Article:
Nitrergic nerves have been proposed to play a critical role in the orchestration of peristaltic activities throughout the gastrointestinal tract. In the present study, we investigated the role of nitric oxide, using spatiotemporal mapping, in peristaltic activity of the whole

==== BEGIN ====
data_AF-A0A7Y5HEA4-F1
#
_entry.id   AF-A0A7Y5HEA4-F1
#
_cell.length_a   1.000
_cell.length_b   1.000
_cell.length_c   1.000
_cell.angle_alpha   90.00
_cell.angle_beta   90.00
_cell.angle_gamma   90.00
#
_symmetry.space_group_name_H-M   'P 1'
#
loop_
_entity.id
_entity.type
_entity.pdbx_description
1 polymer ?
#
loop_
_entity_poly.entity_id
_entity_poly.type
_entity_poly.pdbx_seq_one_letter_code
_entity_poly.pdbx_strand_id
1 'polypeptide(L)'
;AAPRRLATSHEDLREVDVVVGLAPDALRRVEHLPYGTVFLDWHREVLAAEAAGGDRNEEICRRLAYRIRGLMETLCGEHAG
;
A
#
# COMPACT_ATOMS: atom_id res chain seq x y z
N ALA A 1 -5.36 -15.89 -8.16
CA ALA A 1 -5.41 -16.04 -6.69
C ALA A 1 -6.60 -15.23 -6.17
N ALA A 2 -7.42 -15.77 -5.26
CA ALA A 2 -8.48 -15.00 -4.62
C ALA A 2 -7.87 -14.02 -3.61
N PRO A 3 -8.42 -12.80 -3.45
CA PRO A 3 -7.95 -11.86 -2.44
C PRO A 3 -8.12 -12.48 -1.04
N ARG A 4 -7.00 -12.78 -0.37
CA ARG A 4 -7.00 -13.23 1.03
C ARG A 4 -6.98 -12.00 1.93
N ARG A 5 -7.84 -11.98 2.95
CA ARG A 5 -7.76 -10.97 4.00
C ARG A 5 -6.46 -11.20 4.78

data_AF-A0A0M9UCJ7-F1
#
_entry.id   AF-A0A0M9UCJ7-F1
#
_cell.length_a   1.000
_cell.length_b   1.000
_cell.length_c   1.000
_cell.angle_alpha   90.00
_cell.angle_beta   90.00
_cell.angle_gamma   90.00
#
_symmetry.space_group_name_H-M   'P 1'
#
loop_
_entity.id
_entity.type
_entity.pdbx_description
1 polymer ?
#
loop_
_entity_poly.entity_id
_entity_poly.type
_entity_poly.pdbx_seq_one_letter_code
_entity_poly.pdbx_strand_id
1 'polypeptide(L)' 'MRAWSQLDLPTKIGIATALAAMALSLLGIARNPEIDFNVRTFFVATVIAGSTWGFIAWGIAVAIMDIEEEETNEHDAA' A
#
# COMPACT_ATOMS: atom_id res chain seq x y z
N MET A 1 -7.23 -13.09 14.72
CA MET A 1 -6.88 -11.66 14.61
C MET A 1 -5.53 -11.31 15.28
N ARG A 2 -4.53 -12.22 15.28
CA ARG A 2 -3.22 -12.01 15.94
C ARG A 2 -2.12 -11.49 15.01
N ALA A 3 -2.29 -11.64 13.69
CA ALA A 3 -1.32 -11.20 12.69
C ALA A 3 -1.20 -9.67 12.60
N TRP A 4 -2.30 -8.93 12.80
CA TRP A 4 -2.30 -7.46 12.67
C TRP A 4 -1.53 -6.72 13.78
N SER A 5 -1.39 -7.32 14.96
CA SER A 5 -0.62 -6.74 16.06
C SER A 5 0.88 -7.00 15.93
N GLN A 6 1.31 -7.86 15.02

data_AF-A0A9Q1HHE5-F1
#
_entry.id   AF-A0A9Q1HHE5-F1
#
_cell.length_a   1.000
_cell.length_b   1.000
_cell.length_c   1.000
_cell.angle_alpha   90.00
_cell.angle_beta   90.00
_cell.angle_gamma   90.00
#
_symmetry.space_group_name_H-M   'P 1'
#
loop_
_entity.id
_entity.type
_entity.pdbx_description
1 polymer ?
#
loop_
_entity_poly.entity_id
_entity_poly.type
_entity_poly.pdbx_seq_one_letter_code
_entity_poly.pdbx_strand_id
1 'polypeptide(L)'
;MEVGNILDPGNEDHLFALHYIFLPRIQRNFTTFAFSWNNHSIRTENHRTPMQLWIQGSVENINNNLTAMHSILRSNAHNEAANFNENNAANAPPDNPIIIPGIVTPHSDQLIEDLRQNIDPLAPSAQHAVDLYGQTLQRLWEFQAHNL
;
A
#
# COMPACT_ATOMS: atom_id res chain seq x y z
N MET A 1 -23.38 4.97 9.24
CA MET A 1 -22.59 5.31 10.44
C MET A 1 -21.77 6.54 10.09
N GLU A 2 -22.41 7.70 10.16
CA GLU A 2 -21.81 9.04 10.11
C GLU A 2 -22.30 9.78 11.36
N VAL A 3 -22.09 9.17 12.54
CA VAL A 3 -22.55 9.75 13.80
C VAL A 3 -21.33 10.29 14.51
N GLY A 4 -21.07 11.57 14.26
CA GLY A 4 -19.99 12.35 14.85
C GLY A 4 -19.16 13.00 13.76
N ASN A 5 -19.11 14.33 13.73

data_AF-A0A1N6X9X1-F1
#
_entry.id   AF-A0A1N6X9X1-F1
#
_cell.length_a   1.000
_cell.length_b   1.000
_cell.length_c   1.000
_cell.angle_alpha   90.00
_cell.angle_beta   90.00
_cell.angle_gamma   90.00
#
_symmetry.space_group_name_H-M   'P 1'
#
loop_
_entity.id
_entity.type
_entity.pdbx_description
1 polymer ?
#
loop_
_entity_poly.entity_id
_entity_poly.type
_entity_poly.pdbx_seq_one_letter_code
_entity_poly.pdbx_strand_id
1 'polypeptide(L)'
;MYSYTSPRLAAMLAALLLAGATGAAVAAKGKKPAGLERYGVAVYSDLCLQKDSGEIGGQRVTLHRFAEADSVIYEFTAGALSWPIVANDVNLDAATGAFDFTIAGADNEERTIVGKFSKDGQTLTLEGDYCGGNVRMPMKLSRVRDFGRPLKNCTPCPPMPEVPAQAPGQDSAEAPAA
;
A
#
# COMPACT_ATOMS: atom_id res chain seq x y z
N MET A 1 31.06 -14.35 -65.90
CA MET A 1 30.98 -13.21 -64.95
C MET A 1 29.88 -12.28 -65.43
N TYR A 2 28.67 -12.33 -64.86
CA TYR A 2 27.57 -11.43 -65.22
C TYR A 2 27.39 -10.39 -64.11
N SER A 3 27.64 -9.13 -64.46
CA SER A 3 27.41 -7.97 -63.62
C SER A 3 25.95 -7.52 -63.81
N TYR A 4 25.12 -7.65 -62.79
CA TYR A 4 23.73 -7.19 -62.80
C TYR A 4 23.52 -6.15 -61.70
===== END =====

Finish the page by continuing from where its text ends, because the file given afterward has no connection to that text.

ex vivomouse intestine. We identified a propulsive motor pattern in the form of propagating myogenic contractions, that are clustered by the enteric nervous system into a minute rhythm that is dependent on nitric oxide. The cluster formation was abolished by TTX, lidocaine and nitric oxide synthesis inhibition, whereas the myogenic contractions, occurring at the ICC-MP initiated slow wave frequency, remained undisturbed. Cluster formation, inhibited by block of nitric oxide synthesis, was fully restored in a highly regular rhythmic fashion by a constant level of nitric oxide generated by sodium nitroprusside; but the action of sodium nitroprusside was inhibited by lidocaine indicating that it was relying on neural activity, but not rhythmic nitrergic nerve activity. Hence, distention-induced activity of cholinergic nerves and/or a co-factor within nitrergic nerves such as ATP is also a requirement for the minute rhythm. Cluster formation was dependent on distention but was not evoked by a distention reflex. Block of gap junction conductance by carbenoxolone, dose dependently inhibited, and eventually abolished clusters and contraction waves, likely associated, not with inhibition of nitrergic innervation, but by abolishing ICC network synchronization. An intriguing feature of the clusters was the presence of bands of rhythmic inhibitions at 4–8 cycles/min; these inhibitory patches occurred in the presence of tetrodotoxin or lidocaine and hence were not dependent on nitrergic nerves. We propose that the minute rhythm is generated by nitric oxide-induced rhythmic depolarization of the musculature via ICC-DMP.